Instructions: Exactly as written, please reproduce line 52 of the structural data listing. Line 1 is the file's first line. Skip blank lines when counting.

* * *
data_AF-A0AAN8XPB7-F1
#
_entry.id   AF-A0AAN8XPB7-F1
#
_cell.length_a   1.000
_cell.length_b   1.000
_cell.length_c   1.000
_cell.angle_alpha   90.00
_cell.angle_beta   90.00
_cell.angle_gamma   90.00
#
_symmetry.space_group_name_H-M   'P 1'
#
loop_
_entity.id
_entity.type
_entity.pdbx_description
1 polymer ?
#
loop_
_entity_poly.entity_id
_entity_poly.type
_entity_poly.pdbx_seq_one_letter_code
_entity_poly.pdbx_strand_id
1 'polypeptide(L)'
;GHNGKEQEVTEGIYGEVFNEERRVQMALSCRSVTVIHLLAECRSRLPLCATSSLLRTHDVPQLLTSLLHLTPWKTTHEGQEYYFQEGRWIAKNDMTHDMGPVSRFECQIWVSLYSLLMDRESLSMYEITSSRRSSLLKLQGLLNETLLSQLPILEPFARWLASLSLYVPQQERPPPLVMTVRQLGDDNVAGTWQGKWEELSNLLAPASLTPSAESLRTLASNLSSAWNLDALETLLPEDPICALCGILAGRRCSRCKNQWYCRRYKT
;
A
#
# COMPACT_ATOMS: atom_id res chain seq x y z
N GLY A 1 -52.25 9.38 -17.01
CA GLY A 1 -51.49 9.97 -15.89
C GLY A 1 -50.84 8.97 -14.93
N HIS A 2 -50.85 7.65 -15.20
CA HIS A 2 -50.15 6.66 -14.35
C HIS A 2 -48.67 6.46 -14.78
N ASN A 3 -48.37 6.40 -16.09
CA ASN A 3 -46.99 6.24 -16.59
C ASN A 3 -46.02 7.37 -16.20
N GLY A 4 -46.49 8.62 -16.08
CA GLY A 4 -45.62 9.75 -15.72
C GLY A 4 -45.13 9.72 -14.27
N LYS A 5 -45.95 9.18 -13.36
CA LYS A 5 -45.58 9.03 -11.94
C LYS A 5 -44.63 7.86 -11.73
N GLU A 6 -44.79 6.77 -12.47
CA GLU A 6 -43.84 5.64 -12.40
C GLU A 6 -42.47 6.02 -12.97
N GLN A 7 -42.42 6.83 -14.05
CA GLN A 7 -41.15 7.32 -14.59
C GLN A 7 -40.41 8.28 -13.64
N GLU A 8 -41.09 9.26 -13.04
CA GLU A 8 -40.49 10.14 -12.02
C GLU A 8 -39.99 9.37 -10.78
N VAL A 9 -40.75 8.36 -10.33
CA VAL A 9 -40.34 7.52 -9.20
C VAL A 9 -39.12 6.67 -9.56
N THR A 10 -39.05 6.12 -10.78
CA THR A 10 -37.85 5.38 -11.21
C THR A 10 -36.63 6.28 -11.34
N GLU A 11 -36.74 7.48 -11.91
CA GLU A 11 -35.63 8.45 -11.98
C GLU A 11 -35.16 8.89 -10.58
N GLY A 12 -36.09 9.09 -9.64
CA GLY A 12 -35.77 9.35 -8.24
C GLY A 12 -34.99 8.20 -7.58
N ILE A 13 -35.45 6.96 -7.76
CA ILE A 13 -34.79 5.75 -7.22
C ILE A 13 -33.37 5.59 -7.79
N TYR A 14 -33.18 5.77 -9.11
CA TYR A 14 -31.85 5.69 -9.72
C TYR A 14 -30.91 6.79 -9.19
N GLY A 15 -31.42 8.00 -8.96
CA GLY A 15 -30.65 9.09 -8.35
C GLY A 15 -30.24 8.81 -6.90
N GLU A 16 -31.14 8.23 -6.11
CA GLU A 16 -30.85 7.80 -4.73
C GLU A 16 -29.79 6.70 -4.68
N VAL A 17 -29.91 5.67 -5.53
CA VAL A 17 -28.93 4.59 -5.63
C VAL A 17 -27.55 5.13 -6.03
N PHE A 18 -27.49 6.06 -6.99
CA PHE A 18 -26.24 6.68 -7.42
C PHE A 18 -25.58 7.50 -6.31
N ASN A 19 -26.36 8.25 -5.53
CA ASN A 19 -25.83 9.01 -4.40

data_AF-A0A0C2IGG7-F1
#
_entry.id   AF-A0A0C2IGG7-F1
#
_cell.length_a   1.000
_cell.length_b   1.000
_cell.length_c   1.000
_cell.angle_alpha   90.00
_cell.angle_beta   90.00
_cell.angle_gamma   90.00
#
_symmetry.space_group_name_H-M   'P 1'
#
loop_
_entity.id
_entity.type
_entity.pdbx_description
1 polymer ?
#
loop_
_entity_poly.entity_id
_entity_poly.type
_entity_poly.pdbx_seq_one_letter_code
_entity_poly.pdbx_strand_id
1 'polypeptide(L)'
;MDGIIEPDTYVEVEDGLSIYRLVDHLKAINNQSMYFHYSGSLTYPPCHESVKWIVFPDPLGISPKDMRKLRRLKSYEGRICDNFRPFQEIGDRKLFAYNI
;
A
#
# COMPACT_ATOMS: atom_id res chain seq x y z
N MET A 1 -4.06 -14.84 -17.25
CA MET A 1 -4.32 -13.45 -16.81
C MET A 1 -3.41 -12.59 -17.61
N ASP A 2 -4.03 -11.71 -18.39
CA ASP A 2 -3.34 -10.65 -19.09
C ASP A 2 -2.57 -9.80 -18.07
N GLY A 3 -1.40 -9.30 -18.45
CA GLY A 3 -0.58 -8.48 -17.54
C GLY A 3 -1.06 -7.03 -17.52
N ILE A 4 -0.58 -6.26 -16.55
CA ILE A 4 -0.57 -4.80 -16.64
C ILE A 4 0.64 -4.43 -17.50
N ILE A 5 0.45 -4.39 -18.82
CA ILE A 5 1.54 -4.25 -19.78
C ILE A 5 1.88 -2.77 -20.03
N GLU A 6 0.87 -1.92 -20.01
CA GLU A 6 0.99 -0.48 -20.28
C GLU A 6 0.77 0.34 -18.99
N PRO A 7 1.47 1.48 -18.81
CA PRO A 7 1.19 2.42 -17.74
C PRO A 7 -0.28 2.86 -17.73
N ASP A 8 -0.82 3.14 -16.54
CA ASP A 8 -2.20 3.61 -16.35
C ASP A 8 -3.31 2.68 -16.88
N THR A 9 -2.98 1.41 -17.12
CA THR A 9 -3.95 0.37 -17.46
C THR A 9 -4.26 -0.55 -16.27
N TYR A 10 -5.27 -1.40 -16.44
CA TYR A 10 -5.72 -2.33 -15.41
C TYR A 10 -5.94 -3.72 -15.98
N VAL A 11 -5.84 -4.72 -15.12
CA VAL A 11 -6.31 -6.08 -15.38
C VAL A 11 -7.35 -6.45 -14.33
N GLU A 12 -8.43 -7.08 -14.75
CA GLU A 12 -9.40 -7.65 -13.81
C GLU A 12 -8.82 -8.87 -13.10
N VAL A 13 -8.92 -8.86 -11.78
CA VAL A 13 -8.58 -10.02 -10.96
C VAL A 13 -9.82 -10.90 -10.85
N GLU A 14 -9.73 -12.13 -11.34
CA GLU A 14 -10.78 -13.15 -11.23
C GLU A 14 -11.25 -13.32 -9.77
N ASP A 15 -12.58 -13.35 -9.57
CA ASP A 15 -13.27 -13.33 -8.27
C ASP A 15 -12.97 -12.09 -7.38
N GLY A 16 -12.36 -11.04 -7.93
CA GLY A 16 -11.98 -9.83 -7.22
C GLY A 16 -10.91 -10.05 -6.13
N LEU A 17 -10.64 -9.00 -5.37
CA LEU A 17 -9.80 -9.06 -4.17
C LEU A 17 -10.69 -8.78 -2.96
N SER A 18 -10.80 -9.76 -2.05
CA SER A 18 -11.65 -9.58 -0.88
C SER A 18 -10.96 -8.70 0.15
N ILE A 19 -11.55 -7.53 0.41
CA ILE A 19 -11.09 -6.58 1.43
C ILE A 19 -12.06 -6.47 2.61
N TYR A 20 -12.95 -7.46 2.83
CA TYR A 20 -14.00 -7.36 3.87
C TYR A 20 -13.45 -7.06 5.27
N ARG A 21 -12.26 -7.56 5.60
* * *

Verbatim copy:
N GLU A 8 -41.09 9.26 -13.04